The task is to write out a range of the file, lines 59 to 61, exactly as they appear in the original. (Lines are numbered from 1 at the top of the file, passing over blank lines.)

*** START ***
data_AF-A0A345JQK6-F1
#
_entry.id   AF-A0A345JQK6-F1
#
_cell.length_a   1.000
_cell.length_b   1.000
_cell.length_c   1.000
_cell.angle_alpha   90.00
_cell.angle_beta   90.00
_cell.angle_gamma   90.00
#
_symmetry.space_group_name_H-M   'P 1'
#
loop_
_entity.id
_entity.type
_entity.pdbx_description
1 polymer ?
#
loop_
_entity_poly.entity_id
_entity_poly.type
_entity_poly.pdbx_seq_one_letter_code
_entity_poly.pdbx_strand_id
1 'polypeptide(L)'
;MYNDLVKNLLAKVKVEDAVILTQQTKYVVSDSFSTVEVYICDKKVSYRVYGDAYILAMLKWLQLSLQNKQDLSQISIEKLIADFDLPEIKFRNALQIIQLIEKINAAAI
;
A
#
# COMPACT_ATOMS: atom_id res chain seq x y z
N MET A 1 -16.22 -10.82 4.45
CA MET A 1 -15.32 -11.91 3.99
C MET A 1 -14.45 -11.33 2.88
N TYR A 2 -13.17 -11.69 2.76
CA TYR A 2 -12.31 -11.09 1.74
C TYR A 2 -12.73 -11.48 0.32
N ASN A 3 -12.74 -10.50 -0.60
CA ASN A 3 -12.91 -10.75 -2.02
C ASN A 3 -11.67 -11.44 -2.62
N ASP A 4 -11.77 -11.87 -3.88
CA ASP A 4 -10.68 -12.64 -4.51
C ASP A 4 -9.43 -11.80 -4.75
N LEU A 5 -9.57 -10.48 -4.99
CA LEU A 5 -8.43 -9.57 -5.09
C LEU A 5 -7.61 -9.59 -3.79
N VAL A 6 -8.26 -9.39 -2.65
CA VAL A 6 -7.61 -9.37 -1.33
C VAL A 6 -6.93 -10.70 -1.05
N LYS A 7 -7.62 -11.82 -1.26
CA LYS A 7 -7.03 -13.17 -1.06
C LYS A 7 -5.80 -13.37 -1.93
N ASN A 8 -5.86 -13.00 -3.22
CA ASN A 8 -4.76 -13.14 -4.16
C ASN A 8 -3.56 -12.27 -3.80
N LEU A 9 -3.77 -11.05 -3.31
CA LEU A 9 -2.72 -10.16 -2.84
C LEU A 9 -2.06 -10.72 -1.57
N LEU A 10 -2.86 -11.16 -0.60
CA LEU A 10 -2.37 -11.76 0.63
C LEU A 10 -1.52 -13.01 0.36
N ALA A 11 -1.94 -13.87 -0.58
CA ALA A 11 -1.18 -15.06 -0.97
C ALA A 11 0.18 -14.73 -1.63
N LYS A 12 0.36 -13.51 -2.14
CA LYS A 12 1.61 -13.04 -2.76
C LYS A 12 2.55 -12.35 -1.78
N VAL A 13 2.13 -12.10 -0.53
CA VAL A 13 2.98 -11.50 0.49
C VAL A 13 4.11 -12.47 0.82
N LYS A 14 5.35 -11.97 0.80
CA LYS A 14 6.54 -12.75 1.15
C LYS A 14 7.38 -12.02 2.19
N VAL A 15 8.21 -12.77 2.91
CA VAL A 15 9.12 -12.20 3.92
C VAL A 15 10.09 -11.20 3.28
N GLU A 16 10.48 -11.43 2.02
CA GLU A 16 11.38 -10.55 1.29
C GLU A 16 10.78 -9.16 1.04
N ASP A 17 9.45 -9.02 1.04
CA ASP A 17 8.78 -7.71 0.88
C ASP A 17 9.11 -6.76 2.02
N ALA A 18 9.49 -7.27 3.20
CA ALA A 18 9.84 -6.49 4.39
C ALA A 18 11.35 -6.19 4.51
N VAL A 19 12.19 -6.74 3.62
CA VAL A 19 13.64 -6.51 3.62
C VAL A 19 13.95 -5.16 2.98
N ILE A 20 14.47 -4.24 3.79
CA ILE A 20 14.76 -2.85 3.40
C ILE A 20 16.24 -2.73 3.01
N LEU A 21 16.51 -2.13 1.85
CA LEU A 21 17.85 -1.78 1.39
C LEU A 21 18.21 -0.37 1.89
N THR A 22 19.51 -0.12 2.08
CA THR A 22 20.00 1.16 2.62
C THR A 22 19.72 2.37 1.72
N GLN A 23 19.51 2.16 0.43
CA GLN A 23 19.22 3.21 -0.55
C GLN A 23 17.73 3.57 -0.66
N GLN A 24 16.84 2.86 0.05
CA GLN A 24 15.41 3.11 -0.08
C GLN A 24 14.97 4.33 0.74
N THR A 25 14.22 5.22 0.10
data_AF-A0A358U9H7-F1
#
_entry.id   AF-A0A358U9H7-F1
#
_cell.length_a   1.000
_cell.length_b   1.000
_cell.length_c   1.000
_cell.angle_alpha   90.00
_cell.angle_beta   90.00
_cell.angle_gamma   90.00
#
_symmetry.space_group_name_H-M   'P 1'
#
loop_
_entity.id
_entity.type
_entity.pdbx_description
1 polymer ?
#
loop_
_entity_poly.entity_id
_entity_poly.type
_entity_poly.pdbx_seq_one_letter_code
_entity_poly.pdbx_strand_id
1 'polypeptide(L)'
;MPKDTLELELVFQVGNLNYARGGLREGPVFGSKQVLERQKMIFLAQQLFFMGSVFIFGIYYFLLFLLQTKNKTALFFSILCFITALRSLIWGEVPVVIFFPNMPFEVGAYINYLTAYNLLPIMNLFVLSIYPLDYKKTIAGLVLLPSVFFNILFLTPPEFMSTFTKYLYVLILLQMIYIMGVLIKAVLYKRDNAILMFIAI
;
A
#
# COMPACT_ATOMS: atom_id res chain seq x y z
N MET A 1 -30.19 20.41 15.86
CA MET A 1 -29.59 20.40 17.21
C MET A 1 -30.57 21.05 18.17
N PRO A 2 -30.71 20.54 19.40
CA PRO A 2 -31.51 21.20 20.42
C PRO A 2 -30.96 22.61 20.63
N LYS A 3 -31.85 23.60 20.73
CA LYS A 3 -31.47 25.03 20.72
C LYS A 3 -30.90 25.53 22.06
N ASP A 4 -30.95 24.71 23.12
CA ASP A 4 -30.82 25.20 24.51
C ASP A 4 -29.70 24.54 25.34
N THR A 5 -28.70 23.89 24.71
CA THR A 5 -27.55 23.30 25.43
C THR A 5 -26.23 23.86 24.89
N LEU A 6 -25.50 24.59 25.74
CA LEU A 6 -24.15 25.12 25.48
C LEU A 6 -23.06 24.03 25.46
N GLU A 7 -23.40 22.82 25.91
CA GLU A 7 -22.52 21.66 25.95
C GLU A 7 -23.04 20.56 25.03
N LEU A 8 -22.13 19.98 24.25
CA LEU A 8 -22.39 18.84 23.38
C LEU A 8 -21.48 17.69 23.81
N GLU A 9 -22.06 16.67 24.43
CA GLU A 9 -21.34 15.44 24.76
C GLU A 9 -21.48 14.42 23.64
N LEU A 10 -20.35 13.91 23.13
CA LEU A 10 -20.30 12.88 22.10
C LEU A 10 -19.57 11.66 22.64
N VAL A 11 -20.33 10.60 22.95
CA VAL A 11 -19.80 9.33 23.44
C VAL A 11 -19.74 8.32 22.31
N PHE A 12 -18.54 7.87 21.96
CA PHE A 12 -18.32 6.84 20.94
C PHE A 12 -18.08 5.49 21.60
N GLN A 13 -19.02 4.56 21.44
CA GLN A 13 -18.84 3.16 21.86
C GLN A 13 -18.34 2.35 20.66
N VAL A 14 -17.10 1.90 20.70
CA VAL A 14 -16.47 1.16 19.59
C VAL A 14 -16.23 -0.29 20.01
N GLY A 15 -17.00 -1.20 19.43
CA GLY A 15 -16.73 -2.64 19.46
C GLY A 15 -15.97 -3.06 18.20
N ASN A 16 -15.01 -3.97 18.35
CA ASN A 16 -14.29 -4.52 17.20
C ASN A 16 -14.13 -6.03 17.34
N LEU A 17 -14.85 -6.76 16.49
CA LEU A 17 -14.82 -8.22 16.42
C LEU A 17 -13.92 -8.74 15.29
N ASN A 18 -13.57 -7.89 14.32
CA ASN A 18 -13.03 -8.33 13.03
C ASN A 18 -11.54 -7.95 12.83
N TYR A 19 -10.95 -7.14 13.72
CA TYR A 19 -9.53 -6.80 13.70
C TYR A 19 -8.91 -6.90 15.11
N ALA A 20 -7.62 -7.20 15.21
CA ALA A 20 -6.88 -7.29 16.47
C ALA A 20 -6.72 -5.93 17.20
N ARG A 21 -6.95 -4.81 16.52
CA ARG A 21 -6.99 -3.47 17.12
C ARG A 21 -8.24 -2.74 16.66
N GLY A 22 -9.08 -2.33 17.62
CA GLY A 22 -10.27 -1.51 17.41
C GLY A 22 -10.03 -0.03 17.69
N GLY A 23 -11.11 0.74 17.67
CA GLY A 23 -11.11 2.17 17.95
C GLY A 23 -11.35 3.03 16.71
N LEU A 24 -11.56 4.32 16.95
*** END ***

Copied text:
CA LEU A 10 -2.37 -11.76 0.63
C LEU A 10 -1.52 -13.01 0.36
N ALA A 11 -1.94 -13.87 -0.58